Last week, Lockheed surprised Wall Street with strong quarterly earnings and by boosting its 2006 earnings-per-share forecast by 10% -- to the $5.10 to $5.30 range from $4.65 to $4.85. Of the increase, 34 cents came from improved operations -- but another 8 cents came from share buybacks. Lockheed has repurchased 36 million shares in the past year, while sharply reducing the number issued in its options-compensation programs to 16 million.

Looking out as far as 2007, there is potential for Lockheed to earn $6 a share as the quantity of shares drops. At its usual price-to-earnings multiple of 16, that means Lockheed could trade as high as $96 by the end of next year, or about 20% higher than today. If you think investors will become so enamored with the jetmaker that they're willing to lift its multiple back to the 18 to 22 range, then shares could soar to $120 in two years, 50% higher.

New products could also bolster the company: Last week it announced the sale of an Atlas V rocket to launch NASA's Lunar Reconnaissance Orbiter mission in 2008 -- a step toward returning humans to the surface of the moon.

Stuck in a Holding Pattern

Most of Lockheed's peers aren't as lucky. Raytheon has turned around in recent years under new management, and this has been rewarded with a 100% advance in the shares since September 2001. The company turned around its moribund missile business, producing the hard-hitting Tomahawk, Maverick and Paveway projectiles more cheaply and getting its once-faltering missile defense, marine and communications programs under control.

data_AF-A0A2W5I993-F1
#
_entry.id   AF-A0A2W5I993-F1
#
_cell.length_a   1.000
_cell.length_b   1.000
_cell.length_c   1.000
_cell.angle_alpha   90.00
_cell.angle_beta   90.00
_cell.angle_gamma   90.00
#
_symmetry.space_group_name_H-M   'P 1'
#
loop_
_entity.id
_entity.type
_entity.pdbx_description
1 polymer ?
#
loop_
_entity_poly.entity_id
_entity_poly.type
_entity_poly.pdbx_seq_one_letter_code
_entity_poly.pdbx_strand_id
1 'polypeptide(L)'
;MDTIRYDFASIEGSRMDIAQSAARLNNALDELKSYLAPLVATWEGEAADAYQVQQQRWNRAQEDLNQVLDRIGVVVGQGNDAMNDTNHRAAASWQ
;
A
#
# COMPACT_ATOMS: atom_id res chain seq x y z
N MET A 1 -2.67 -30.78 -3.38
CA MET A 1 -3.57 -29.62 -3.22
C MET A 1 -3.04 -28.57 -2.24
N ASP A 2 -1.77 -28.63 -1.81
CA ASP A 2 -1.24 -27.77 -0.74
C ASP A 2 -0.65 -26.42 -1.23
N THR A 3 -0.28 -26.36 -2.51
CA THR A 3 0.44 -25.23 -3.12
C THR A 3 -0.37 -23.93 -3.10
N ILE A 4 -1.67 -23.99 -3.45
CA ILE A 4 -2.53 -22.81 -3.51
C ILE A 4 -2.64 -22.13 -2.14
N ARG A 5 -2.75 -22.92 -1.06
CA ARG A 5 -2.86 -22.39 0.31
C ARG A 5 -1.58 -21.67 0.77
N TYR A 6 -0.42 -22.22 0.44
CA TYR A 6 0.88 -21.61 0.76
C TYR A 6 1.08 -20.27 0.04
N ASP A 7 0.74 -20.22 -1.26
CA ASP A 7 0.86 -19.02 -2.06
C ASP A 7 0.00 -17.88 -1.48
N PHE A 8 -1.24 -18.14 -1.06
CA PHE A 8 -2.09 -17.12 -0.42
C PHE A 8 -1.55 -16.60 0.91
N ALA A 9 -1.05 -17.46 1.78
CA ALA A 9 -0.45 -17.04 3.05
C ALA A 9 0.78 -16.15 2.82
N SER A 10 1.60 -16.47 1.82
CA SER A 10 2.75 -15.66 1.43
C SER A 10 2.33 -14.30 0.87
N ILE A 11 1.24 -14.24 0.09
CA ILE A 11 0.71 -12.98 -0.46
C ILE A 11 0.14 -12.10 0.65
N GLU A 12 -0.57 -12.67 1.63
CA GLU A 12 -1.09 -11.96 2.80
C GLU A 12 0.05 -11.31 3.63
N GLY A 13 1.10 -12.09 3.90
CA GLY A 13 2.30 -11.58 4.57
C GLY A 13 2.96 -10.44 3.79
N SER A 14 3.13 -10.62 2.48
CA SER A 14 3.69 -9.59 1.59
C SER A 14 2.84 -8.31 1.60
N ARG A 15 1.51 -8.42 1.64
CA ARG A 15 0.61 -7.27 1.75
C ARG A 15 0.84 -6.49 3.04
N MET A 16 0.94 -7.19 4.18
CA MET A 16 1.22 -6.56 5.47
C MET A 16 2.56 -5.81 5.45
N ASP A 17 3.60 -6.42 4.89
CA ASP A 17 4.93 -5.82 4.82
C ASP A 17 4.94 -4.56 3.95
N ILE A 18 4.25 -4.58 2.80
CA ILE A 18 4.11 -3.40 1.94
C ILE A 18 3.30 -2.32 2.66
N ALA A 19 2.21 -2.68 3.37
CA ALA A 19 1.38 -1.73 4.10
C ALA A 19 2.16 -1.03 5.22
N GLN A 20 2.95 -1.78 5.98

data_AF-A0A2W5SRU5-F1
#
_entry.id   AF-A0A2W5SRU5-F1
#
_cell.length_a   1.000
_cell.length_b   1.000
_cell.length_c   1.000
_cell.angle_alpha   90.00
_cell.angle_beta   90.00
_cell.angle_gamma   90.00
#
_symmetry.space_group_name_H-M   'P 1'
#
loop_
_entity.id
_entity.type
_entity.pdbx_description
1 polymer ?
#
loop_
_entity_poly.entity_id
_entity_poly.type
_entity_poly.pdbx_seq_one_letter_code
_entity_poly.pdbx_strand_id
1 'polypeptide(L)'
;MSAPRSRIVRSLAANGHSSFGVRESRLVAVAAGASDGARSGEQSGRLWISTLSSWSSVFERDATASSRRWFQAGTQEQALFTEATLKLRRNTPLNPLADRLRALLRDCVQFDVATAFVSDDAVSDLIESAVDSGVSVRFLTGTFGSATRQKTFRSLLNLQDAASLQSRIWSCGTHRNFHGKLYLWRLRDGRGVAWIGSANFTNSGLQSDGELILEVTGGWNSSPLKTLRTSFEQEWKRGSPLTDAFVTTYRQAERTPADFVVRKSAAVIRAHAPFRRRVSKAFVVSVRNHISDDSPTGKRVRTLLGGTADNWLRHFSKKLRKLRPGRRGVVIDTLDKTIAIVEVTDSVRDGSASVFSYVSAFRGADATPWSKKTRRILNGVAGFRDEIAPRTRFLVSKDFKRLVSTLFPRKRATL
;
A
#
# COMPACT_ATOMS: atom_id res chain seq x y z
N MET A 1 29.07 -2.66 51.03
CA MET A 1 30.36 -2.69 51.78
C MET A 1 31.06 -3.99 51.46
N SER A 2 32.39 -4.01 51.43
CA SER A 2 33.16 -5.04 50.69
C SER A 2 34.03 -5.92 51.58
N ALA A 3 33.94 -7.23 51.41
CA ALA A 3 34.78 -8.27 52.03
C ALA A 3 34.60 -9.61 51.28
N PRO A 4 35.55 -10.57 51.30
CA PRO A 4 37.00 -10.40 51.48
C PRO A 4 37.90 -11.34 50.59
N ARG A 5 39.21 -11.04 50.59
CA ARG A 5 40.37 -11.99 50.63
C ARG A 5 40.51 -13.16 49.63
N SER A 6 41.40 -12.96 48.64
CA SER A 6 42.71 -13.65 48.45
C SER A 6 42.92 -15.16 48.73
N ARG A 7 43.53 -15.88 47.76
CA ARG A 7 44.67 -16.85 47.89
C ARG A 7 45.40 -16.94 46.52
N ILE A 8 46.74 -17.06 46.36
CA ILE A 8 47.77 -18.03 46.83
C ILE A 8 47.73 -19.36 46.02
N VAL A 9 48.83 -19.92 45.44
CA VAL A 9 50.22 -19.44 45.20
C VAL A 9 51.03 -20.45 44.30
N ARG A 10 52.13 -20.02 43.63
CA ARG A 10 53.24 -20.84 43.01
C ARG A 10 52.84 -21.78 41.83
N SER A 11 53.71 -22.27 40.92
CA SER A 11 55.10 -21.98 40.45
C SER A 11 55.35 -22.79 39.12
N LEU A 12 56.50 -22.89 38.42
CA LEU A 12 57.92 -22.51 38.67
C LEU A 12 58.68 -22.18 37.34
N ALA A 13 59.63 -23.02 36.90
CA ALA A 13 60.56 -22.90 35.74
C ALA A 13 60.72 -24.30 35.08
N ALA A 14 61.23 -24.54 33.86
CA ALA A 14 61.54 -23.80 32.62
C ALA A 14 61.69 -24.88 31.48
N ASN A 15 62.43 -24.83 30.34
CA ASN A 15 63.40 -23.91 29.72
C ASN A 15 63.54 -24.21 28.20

But slow sales of its Beechcraft private propeller planes and Hawker business jets have provided a lot of turbulence. The commercial aviation division will probably be unloaded soon, but it's still enough of a drag on results to keep margins from expanding further. The shares probably reflect the fair value of Raytheon, so they'll be lucky to just stay in a holding pattern.

With General Dynamics, it's the same story. The company's defense business is more closely related to the Army, which buys its M-1 tank upgrades, Stryker vehicles and ammunition, as well as communications and simulation training. Army programs amount to 20% of General Dynamics' sales, compared with around 10% for Lockheed, mostly in technology and communications. The Pentagon under Defense Secretary Donald Rumsfeld seems to prefer air war to ground war, so Army modernization programs are probably at or beyond a peak.

Meanwhile, earnings at General Dynamics' Gulfstream jet business is probably peaking. A pinch from a slowdown in the broad corporate market would hurt.

Defense stocks can defend your portfolio at a time of geopolitical and broad economic uncertainty, but you need to focus. For now, buy Lockheed when it dips, as it has potential to the mid-$90s by the end of next year.
At the time of publication, Jon Markman did not own any stocks mentioned in this column.

Jon D. Markman is editor of the independent investment newsletter The Daily Advantage. While Markman cannot provide personalized investment advice or recommendations, he appreciates your feedback; click here to send him an email.